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A cross-cultural study of high-altitude botanical resources among diverse ethnic groups in Kashmir Himalaya, India

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submitted on 2023-12-11, 06:33 and posted on 2023-12-11, 10:35 authored by Shiekh Marifatul Haq, Muhammad Waheed, Aadil Abdullah Khoja, Muhammad Shoaib Amjad, Rainer W. Bussmann, Kishwar Ali

Background

In the Himalayas, traditional knowledge and biodiversity are strongly linked due to the symbiotic interaction between plant and cultural diversity, as well as the support provided by cultural memories, ecological awareness, and social norms. Our study was focused on documenting the vanishing knowledge in the Kashmir Himalaya with the following main objectives: 1) to document the ethnomedical and cultural knowledge of the local flora, 2) to evaluate the cross-cultural use of the flora in the region, and, finally, 3) to identify the key indicator species utilized by each ethnic group using multivariate statistical analysis.

Methods

We used semi-structured questionnaires to conduct interviews with people of different ethnicity, gender, age, and occupational categories. The intercultural relationships of species utilization among ethnic groups were examined using a Venn diagram. The overall trends between the indicator values and the plant species used by diverse ethnic groups were illustrated using the linear regression model.

Results

We recorded 46 species belonging to 25 different families used by the local people of the Kashmir Valley belonging to four ethnic groups (Gujjar, Bakarwal, Pahari, and Kashmiri). The dominant families recorded were Asteraceae and Ranunculaceae followed by Caprifoliaceae. Rhizomes were the most utilized plant part, followed by leaves. A total of 33 ailments were treated with plants, and gastrointestinal disorders were treated with most species followed by musculoskeletal diseases and dermatological problems. Across cultural relationships, the Gujjar and Pahari showed greater similarity (17%). This may be due to the fact that both ethnic groups share a common geographical landscape and are exogamous to each other. We identified key indicator species used by different ethnic groups with significant (p ≤ 0.05) values. For instance, in the Gujjar ethnic group, Aconitum heterophyllum and Phytolacca acinosa had significant indicator value, which was due to the fact that these plants were easily accessible and also had a wide range of uses. In contrast, the Bakarwal ethnic group showed different indicator species, with Rheum spiciforme and Rhododendron campanulatum being highly significant (p ≤ 0.05), because this ethnic group spends the majority of their time in high-altitude pastures, using a particularly wide variety of plant species for medicine, food, and fuelwood. While indicator values and plant usage were positively correlated for the Gujjar, Kashmiri, and Pahari ethnic groups, they were negatively correlated for the Bakarwal. The positive correlation indicates cultural preferences for certain plant use and underlines the cultural significance of each species. The current study reported new uses for the following species: raw roots of Jurinea dolomiaea used for tooth cleaning, seeds of Verbascum thapsus applied for respiratory diseases, and flowers of Saussurea simpsoniana given to anyone as a good luck wish.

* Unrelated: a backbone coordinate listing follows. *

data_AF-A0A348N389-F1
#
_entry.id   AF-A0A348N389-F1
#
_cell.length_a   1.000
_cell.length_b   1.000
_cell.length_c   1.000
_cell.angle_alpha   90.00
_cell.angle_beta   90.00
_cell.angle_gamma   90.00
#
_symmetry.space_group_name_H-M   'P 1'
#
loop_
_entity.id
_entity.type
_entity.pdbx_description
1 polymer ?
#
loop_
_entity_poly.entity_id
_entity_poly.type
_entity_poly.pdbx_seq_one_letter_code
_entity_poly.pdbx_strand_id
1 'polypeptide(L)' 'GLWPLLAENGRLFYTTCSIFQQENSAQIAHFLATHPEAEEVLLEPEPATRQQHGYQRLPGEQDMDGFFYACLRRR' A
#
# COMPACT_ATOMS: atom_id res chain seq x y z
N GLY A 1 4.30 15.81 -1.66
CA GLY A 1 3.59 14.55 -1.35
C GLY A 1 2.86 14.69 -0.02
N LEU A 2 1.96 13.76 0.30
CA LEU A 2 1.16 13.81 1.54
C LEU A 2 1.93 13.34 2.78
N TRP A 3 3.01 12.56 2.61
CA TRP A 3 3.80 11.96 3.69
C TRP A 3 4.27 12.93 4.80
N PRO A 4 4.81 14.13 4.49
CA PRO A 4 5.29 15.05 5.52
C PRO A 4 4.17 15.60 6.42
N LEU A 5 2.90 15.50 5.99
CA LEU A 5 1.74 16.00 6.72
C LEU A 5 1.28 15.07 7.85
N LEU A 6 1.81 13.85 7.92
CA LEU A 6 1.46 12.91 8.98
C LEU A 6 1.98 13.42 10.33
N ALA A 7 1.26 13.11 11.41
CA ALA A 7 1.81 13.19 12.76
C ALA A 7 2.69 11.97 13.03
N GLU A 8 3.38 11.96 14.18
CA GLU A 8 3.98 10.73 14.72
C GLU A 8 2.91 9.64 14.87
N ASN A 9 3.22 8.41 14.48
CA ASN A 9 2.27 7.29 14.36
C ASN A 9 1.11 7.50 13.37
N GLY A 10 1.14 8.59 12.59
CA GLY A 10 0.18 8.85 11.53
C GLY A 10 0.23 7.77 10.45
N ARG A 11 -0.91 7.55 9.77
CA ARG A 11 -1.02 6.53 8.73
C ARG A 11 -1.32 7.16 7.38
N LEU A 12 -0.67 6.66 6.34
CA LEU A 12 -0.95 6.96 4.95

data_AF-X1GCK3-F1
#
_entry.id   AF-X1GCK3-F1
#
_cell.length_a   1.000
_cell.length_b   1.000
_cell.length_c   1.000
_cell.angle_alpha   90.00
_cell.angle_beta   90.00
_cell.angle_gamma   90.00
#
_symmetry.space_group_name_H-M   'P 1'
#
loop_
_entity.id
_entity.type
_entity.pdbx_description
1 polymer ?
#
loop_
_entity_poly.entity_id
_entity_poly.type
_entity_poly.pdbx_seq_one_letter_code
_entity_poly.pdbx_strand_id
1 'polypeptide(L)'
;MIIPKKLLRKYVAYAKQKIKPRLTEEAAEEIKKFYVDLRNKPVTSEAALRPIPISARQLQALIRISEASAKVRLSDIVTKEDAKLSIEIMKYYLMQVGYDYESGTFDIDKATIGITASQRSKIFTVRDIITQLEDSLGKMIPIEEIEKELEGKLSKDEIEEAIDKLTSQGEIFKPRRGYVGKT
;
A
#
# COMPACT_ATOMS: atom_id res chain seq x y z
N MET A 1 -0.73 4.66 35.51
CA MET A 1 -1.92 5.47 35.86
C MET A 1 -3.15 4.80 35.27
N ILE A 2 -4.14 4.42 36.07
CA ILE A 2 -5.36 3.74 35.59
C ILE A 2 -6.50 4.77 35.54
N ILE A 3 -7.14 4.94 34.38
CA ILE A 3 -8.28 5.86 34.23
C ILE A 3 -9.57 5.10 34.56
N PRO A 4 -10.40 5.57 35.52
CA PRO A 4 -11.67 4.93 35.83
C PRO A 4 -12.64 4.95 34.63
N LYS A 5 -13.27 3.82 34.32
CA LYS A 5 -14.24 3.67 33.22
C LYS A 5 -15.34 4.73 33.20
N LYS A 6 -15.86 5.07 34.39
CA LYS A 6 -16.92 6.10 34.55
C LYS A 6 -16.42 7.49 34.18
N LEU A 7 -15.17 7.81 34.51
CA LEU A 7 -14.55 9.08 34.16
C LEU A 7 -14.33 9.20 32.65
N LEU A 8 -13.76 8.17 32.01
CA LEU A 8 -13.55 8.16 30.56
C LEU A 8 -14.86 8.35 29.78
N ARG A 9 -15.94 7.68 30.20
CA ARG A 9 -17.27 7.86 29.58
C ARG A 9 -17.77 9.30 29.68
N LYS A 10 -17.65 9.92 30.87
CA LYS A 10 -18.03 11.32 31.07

Conclusion

The current study highlights historical ethnic group stratifications and cultural standing while comparing reported taxa across cultures. Each ethnic group made extensive ethnomedical use of plants, and knowledge, originally transmitted verbally, is now available in writing for reference. This could pave the way for providing incentives to local communities to showcase their talents, celebrate them, and gain from potential development initiatives.

Other Information

Published in: Journal of Ethnobiology and Ethnomedicine
License: https://creativecommons.org/licenses/by/4.0
See article on publisher's website: https://dx.doi.org/10.1186/s13002-023-00582-8

Funding

Open Access funding provided by the Qatar National Library.

History

Language

  • English

Publisher

Springer Nature

Publication Year

  • 2023

License statement

This Item is licensed under the Creative Commons Attribution 4.0 International License.

Institution affiliated with

  • University of Doha for Science and Technology
  • College of General Education - UDST

Methodology

We used semi-structured questionnaires to conduct interviews with people of different ethnicity, gender, age, and occupational categories. The intercultural relationships of species utilization among ethnic groups were examined using a Venn diagram. The overall trends between the indicator values and the plant species used by diverse ethnic groups were illustrated using the linear regression model.

Geographic coverage

India

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